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Hardball In The Holy Land


I should have paid more attention in Hebrew School.

I never knew I’d really be going to Israel.

But then again, while I was daydreaming about baseball when I should have been paying attention, I was preparing myself for a career in sports public relations, and that’s what sent me to Israel, so I’m sure there are some Talmudic scholars out there who would see some biblical reason for this all coming together.

Some background: I was the longtime director of public relations for the New York Yankees. I now operate my own PR company, and about a year ago, the fledgling Israel Baseball League approached me about helping with its own public relations.

Now the league is no longer fledging – it opened its inaugural season on June 24 (the 45th anniversary of my bar mitzvah, by the way), and it’s become one of the most joyous work experiences I’ve ever had.

It started as the dream of Boston businessman Larry Baras, who had a love for Israel and a love for baseball (albeit the old New York Giants), and who, while sitting at a minor league game in Massachusetts, dreamed up a pro league Israel could call its own.

Over the ensuing months, he assembled a distinguished team of advisers and executives to help make the dream a reality. Among them was Daniel C. Kurtzer, the former U.S. Ambassador to Israel, who agreed to serve as commissioner. Also aboard were Dan Duquette, the former general manager of the Boston Red Sox, three former major leaguers as managers (Ron Blomberg, Ken Holtzman and Art Shamsky), economist Andrew Zimbalist, club owner Marvin Goldklang, and no less than Major League Baseball Commissioner Bud Selig on the advisory board.

Having been born in 1948 (the same year as Israel), it was an honor for me to be asked to do the PR.

When we were ready to announce the league’s existence, rather than send a mass e-mail to Jewish publications (like The Jewish Press) or widely read wire services, I went to an old friend, Murray Chass of The New York Times, who is an observant Jew with a son in Israel. Murray wrote a lengthy piece in the Times, which seemingly every Jew in America immediately e-mailed to everyone he or she had ever met. Within 48 hours, there were few who hadn’t seen the column or fallen in love with the idea.

The question was whether Baras, who lacked a baseball pedigree, could really pull this off. The answer began to unfold when Duquette, along with a Miami attorney named Martin Berger, began running tryout camps and signing players. It would not be an all-Jewish or an all-Israeli league. The mission was to bring in a good level of skilled players – perhaps equal to Class A in the minor leagues.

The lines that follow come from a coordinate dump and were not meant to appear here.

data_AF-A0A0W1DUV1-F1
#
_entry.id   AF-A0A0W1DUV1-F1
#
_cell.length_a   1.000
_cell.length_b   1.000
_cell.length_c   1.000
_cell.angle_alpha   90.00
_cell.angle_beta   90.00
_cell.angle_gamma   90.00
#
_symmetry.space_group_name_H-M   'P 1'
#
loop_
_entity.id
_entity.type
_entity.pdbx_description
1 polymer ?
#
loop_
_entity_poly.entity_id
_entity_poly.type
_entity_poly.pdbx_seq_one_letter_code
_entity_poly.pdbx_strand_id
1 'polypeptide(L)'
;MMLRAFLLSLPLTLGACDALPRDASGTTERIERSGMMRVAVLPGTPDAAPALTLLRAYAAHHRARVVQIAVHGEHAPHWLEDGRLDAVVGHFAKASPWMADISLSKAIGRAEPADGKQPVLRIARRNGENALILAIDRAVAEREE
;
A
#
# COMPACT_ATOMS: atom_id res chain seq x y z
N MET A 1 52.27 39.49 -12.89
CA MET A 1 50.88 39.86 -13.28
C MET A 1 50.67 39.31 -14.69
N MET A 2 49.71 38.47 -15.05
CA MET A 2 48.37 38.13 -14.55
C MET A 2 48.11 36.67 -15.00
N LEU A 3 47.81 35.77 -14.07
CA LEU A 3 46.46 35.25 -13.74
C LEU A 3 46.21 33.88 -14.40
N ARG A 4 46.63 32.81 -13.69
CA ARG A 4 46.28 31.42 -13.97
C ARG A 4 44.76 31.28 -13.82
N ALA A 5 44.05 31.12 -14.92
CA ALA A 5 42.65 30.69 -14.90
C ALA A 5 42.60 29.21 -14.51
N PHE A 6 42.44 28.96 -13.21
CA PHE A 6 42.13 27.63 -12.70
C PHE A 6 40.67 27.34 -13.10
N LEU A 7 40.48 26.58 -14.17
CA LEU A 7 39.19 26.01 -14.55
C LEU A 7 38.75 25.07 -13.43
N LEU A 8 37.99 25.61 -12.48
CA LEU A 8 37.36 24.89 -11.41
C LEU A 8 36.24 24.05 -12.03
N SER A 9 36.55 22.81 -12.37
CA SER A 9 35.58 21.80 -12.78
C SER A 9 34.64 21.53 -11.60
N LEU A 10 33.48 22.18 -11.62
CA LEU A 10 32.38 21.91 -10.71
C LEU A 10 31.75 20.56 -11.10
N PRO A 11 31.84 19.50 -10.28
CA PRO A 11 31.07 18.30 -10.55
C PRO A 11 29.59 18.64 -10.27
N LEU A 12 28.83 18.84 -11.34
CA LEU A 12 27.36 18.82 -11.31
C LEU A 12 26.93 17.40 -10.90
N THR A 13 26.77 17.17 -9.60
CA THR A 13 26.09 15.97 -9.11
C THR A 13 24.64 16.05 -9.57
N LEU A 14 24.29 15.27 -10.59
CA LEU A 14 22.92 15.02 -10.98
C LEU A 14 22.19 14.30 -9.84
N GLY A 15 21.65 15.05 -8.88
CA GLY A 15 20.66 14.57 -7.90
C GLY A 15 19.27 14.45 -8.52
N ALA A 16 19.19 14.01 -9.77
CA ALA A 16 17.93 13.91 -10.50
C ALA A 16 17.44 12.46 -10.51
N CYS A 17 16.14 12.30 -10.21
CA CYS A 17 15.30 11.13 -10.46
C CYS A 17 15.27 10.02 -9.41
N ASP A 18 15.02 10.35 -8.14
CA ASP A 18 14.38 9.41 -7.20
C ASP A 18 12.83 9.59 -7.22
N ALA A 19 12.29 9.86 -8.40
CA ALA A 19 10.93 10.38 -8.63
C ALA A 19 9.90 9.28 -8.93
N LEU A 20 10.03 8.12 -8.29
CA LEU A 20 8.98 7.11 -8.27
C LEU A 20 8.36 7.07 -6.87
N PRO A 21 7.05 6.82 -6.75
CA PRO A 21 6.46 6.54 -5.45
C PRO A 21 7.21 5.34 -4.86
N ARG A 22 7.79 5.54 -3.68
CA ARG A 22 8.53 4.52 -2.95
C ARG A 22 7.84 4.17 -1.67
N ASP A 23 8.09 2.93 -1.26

One hundred and twenty players needed to be signed to stock the six teams (who would share three fields, all within driving distance of Tel Aviv). Forty percent turned out to be Jewish, with about a dozen players having Israeli connections. Nine countries were represented.

We all felt that was just about right for Year One – a year in which we would introduce the game to a somewhat skeptical Israeli audience, with the hope that it would spur amateur baseball and lead to more players. And, in fact, we are working to accomplish that through support of (and distribution of equipment to) youth programs.

There remains a hope that Israel will one day be part of the World Baseball Classic, in which Jewish Major Leaguers can play (as Mike Piazza played for Italy last year). There are currently about a dozen Jewish Major Leaguers, with Shawn Green, Kevin Youkilis and Jason Marquis the most prominent.

The most accomplished Jewish baseball players in history are Hall of Famers Hank Greenberg and Sandy Koufax. Koufax, 71, is an iconic figure to Jewish baseball fans, both for his amazing abilities and his refusing to pitch a World Series game which fell on a High Holy Day.

Because of my connections in Major League Baseball, I knew Sandy well enough to drop him a note about the league. He called and offered encouragement but was not interested in a role. I have to admit that even though I’ve worked with major sports celebrities for nearly 40 years, my hands tremble a little when I hang up the phone after speaking with Sandy.